China, particularly South China, is now the world's fastest growing economy - primarily because Hong Kong and Taiwan have lavished capital and talent on a nation where labour is cheap and markets seem inexhaustible. Native Chinese entrepreneurs, still operating under severe political constraints, can hardly surpass those outsiders.
The US is no exception to the rule that foreign policy in democracies is shaped by domestic imperatives. Mr Clinton naturally keeps a wary eye on his shaky domestic constituency. One can only hope that he is also influenced by the imperatives abroad for American interests. He might keep three thoughts in mind.
First, not everyone can be or wants to be exactly like Americans. There is therefore no point in attemping to turn Asians into little Americans by insisting on their enjoying every last one of the rights Americans enjoy. Liberal representative democracy is unlikely to break out in Asia today or in the future. Second, the US can none the less act as a force for the betterment of political as well as economic conditions. Gentle pressure can encourage partial advances. Total change is, however, virtually impossible, and pressure for radical change will only impede partial change. Finally, the United States must serve its own interests in Asia. If it does not remain strong militarily and commercially, it will have no influence at all.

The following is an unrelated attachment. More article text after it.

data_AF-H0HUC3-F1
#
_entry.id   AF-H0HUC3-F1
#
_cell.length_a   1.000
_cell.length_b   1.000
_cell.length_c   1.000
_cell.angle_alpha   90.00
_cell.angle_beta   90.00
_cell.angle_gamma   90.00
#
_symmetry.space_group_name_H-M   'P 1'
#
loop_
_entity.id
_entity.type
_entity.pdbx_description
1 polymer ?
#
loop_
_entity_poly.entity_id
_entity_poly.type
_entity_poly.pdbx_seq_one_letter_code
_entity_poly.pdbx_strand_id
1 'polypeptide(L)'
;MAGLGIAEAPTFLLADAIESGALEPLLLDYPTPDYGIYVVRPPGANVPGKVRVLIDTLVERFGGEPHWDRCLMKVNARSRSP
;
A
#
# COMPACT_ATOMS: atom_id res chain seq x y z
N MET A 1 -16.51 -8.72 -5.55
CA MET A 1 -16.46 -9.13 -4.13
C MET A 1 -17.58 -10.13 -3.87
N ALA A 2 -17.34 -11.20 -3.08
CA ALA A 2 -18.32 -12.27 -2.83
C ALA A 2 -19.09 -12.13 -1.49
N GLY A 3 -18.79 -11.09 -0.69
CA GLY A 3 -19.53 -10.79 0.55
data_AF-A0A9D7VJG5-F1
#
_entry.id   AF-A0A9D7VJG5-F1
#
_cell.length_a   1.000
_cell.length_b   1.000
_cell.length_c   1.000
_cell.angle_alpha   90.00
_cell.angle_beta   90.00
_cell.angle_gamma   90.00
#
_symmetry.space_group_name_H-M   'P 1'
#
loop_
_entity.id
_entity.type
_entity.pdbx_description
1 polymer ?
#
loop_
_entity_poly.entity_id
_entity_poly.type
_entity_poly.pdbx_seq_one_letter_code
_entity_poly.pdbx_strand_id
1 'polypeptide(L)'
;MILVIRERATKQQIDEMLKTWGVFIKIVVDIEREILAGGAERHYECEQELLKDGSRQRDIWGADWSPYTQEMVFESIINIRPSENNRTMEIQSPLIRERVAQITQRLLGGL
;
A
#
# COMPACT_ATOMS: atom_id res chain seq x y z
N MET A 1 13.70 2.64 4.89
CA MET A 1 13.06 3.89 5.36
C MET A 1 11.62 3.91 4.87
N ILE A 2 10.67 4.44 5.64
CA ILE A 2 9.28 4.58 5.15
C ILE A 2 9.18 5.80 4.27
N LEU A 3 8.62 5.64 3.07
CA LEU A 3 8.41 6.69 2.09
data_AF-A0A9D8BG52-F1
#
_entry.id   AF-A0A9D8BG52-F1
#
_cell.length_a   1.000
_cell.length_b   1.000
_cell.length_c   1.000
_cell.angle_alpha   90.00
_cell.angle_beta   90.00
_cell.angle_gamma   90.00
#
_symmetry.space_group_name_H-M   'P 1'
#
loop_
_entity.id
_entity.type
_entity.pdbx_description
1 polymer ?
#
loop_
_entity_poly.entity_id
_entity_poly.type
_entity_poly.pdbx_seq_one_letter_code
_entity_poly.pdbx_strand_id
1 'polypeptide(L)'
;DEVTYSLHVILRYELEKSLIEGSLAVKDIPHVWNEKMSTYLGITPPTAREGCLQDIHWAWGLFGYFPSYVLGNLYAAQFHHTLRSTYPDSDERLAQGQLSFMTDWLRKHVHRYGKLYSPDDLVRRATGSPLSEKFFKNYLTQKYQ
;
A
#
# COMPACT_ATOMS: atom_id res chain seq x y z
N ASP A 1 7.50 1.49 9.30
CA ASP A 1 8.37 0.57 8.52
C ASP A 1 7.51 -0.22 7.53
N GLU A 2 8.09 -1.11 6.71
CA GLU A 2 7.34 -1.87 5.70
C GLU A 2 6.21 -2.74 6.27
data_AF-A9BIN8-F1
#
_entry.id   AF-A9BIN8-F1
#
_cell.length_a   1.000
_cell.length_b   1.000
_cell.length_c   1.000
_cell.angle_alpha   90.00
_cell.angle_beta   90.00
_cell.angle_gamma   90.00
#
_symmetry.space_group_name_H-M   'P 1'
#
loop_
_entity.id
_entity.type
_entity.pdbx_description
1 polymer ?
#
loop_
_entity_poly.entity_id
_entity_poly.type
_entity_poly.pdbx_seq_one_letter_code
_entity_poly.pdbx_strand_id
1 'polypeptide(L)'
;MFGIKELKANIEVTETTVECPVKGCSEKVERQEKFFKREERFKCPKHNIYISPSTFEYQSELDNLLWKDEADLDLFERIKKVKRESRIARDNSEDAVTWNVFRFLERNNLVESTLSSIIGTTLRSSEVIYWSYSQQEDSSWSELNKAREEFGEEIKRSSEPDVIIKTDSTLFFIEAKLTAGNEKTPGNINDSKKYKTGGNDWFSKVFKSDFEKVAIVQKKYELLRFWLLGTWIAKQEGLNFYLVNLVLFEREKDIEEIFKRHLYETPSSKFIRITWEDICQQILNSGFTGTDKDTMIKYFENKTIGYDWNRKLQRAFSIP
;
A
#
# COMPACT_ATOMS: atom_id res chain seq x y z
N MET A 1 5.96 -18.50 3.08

Though unlikely to produce any major accomplishments, the Seattle meeting of Apec heads of state and government could be extremely helpful as a new opening - if those three principles are remembered.